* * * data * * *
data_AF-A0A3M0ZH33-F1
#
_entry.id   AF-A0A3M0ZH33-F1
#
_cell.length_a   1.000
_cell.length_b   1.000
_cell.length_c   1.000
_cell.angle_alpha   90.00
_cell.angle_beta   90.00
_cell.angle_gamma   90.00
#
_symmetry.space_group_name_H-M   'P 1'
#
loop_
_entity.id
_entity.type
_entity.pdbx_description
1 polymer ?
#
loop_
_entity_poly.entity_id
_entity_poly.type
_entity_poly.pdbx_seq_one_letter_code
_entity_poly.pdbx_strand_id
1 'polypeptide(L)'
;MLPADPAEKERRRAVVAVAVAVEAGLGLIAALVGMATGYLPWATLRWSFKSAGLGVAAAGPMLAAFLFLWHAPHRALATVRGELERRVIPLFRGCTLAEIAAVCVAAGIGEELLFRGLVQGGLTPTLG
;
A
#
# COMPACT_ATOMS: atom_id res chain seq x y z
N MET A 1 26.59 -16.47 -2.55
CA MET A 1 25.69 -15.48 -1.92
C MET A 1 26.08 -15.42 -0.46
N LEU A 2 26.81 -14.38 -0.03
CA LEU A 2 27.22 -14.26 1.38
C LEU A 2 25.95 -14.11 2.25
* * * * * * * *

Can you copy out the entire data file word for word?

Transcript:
data_AF-A0A3M0ZH33-F1
#
_entry.id   AF-A0A3M0ZH33-F1
#
_cell.length_a   1.000
_cell.length_b   1.000
_cell.length_c   1.000
_cell.angle_alpha   90.00
_cell.angle_beta   90.00
_cell.angle_gamma   90.00
#
_symmetry.space_group_name_H-M   'P 1'
#
loop_
_entity.id
_entity.type
_entity.pdbx_description
1 polymer ?
#
loop_
_entity_poly.entity_id
_entity_poly.type
_entity_poly.pdbx_seq_one_letter_code
_entity_poly.pdbx_strand_id
1 'polypeptide(L)'
;MLPADPAEKERRRAVVAVAVAVEAGLGLIAALVGMATGYLPWATLRWSFKSAGLGVAAAGPMLAAFLFLWHAPHRALATVRGELERRVIPLFRGCTLAEIAAVCVAAGIGEELLFRGLVQGGLTPTLG
;
A
#
# COMPACT_ATOMS: atom_id res chain seq x y z
N MET A 1 26.59 -16.47 -2.55
CA MET A 1 25.69 -15.48 -1.92
C MET A 1 26.08 -15.42 -0.46
N LEU A 2 26.81 -14.38 -0.03
CA LEU A 2 27.22 -14.26 1.38
C LEU A 2 25.95 -14.11 2.25